Pythagorean Theorem & Basics of Triangles - Video Tutorials & Practice Problems

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Review of Triangles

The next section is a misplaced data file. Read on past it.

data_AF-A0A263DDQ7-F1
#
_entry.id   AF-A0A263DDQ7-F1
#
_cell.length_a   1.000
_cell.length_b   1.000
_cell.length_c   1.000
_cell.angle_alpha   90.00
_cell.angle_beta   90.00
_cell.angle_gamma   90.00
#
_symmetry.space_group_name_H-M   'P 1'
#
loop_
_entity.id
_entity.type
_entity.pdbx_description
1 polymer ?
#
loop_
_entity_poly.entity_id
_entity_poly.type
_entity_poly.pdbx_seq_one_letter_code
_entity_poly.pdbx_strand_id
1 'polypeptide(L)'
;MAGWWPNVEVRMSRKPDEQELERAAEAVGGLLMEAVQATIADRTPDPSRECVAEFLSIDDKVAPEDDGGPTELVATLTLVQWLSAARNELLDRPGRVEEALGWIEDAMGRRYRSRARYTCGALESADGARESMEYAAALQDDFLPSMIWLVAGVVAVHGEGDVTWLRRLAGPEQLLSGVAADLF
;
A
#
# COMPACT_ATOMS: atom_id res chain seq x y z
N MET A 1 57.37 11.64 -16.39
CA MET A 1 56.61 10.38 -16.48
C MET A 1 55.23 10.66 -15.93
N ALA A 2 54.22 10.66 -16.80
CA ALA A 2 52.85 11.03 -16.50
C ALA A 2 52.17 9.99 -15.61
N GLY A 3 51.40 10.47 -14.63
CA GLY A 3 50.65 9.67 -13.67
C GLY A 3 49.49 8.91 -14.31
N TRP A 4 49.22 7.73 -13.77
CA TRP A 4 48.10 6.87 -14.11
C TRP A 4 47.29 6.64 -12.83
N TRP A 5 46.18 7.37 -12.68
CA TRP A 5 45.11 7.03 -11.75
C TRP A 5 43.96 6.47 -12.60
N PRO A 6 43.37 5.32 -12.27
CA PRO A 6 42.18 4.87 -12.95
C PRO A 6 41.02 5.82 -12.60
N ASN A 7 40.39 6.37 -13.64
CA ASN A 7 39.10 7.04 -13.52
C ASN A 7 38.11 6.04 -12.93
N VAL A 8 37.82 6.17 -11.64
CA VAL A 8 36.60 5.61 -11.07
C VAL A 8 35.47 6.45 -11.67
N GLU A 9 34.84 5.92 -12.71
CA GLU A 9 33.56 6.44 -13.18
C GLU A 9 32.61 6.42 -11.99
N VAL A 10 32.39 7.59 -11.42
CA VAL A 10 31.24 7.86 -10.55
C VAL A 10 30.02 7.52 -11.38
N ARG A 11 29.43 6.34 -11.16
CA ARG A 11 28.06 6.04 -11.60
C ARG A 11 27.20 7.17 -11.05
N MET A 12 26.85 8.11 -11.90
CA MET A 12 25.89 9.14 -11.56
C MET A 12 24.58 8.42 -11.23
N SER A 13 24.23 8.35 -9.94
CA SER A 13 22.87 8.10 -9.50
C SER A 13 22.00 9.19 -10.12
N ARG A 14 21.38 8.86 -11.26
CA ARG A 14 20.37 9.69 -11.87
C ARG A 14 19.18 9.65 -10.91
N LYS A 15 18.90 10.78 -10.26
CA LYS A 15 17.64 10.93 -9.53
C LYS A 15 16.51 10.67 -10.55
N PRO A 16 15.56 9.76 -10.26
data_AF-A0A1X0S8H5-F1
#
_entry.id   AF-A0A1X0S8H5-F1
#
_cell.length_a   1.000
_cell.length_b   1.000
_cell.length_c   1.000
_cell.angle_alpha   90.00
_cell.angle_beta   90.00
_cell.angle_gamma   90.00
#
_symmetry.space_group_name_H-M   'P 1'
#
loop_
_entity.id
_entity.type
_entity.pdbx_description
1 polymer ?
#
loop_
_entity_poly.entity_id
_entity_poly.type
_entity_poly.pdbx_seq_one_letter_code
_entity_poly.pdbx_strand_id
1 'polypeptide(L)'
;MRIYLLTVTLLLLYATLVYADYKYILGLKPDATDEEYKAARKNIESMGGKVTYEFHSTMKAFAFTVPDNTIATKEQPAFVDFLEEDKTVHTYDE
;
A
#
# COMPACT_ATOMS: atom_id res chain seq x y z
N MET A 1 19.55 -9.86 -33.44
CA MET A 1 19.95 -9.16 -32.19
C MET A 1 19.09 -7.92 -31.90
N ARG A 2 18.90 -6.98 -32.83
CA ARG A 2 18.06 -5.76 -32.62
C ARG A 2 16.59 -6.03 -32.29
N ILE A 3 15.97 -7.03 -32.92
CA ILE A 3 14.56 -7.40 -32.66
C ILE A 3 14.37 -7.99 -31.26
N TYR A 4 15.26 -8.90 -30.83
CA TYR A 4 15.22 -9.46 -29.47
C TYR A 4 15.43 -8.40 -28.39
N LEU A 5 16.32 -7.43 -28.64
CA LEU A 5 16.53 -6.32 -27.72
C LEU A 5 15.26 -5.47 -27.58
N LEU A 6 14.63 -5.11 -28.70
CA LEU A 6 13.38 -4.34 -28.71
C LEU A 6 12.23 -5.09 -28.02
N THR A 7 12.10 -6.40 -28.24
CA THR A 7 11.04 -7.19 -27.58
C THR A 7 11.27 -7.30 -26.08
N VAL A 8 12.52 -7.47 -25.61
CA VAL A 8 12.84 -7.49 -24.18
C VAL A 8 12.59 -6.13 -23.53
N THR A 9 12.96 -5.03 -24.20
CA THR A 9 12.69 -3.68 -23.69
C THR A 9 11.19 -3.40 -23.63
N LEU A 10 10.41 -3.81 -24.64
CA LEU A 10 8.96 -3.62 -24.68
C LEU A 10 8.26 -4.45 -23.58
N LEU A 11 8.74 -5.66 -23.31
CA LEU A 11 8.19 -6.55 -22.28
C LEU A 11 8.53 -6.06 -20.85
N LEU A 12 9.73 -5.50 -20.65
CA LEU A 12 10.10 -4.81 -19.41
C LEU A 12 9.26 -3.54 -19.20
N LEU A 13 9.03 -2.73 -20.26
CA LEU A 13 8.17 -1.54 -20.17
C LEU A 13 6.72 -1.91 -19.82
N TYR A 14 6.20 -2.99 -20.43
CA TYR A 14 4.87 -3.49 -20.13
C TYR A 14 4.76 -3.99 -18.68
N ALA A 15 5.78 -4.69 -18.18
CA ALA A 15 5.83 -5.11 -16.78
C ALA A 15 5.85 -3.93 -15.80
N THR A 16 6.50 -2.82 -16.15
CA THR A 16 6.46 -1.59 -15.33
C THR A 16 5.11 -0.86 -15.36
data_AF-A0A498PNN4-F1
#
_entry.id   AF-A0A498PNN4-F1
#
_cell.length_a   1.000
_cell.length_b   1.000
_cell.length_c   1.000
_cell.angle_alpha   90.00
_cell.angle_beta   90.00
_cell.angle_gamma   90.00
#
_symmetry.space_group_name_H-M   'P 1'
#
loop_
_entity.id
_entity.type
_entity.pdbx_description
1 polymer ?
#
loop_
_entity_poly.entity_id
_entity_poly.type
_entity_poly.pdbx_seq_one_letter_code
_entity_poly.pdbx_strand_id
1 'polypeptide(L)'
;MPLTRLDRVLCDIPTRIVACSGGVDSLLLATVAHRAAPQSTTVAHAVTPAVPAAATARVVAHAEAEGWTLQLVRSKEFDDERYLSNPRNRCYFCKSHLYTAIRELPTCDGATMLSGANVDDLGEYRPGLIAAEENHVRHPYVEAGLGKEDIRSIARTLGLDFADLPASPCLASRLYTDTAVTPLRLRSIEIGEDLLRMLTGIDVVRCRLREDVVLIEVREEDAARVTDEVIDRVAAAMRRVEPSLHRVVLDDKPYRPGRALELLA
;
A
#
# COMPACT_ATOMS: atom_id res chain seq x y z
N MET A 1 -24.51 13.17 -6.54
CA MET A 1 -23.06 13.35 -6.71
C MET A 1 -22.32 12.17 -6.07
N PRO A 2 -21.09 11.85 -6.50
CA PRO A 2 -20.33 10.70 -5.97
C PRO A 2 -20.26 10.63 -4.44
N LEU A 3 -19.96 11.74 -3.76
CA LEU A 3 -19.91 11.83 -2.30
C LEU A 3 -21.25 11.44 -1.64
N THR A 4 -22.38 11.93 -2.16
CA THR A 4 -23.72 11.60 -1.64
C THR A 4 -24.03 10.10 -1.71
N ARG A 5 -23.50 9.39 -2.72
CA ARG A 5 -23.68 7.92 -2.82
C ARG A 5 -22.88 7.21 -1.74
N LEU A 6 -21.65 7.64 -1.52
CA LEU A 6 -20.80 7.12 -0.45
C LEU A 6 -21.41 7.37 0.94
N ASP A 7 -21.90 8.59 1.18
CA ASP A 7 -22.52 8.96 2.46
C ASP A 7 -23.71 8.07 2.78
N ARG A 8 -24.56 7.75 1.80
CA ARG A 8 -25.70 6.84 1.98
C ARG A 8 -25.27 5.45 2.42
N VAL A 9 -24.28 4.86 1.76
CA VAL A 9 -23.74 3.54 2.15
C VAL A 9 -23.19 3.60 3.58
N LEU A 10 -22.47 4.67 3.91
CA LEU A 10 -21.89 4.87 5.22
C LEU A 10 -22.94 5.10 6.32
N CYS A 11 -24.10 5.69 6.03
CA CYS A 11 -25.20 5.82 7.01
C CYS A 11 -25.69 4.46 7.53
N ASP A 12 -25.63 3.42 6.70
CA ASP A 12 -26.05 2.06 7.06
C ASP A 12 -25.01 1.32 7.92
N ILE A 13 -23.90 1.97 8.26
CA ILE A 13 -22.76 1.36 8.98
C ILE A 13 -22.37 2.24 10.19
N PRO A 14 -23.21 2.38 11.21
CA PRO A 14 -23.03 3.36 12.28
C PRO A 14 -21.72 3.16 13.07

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Everyone. Welcome back. So we're going to spend a lot of time in this course talking about angles and triangles. And I want to give you a really good solid foundation for this because we'll be talking about them a lot later on. So in this video, I'm just gonna walk you through a basic sort of refresher on the basics of triangles. There's a couple of important conceptual and mathematical things you need to know some of them will do some examples together. Let's get started here. A triangle is really just a geometric shape with three sides. That's a really sort of basic definition over here. All these things here have three sides and they all sort of close together to form a shape and that's a triangle. Now, uh there's actually three types of triangles that we can classify based on the lengths of their sides. This is, this is just some vocab that you'll need to know. All right, the first one is called an equilateral triangle. And this is where if you'll see all of the lengths of the triangle are the same, all of them have a length of three equilateral, just means that three sides have equal length. That's actually what that word means. All right. The way that we indicate this in diagrams is you'll see these little tick marks next to the numbers that just means that those two or three measurements are all the same. That's an equilateral and isoli triangles. The next type. And this is where actually two of the side lengths have equal length. Notice how the bottom side is three and these two top sides over here are five. That's an isosceles triangle. The last one is called a scaling triangle. This is where actually none of the sides have equal length. Notice how this is a three, this is a five and this is a six. So you'll see no tick marks anywhere. Another way of saying this is that all the sides are different in the scaling tribe. All right, that's really all you need to know about their sides. Now, whenever sides meet in a triangle, they actually form angles. So the way we indicate this is by using a little curved arc symbol over here, and we express that angle in terms of degrees. So whenever you have two sides of a triangle meets, they form angles and there's three other types of triangles that we can classify based on those angles. All right. So again, this is just more vocabulary over here. An acute triangle over here is one in which all of the angles are less than 90 degrees. All of these words that you'll see acute obtuse and right have to do with what those angles are relative to 90. So look at this angle, the these uh these angles over here, all of these things are less than 90 degrees. So this is an acute triangle, right? So this next one over here, you'll see that there's 22 angles that measure 35 degrees, but there's one of them that measures 100 and 10. And this is an example of an obtuse triangle because one angle is greater than 90 degrees. So that's an obtuse triangle. The last one is called a right triangle. We're gonna be spending a lot of time talking about these and these are special triangles where one of the angles is exactly equal to 90 degrees. All right. Now, regardless of any type of triangle, whether we're looking at the sides or the angles. One really important thing you need to know is that in any type of triangle, all angles will always add up to 180 degrees. That is a fundamental property of triangles. So you would look at all of the triangles over here. All of these three numbers will add up to 100 and 80 same thing for this and same thing for this. All right. So that's uh the really important because if you know that all of the angles add up to 100 and 80 if you're ever missing one of them, then you can always find the other one. All right. So that's actually really important. Let's go ahead and take a look at our first example over here, we're gonna, we're gonna um for each of these triangles, we're gonna figure out the missing angle or the missing side. All right. So in this case over here, for this first example, we have a missing side represented by a variable over here. This is X. How do we find that? Well, we haven't discussed any mathematical ways of calculating this. But one of the things you could notice here is that these tick marks uh mean that the measurements have to be the same. So in other words, if the left side is four, then that means that this also has to equal four. All right, that's just something that you might need to know. Let's take a look at the next one example. B this is one where we have two of the angles, this is 40 degrees and 40 degrees, but we're actually missing one of the other ones. How can I find that? Well, again, remember all of the angles have to add up to 100 and 80 degrees in any triangle. So if you're ever missing one of them, you can always find for the other, uh I'm just gonna set up a simple equation over here. This is gonna be 40 plus 40 plus theta. So in other words, if I add up all of the angles I have to get 100 and 80. If I just subtract 40 from both of the sides over here, this is basically the same thing as subtracting 80. What we're gonna find here is this angle is equal to 100 degrees. All right. So this angle over here is 100 degrees. And therefore, this would actually be an obtuse triangle, but that's not what the question asked us. All right. But that's the answer, theta equals 100. So that's it. That's just a basic introduction. Let's go ahead and get some, get some practice.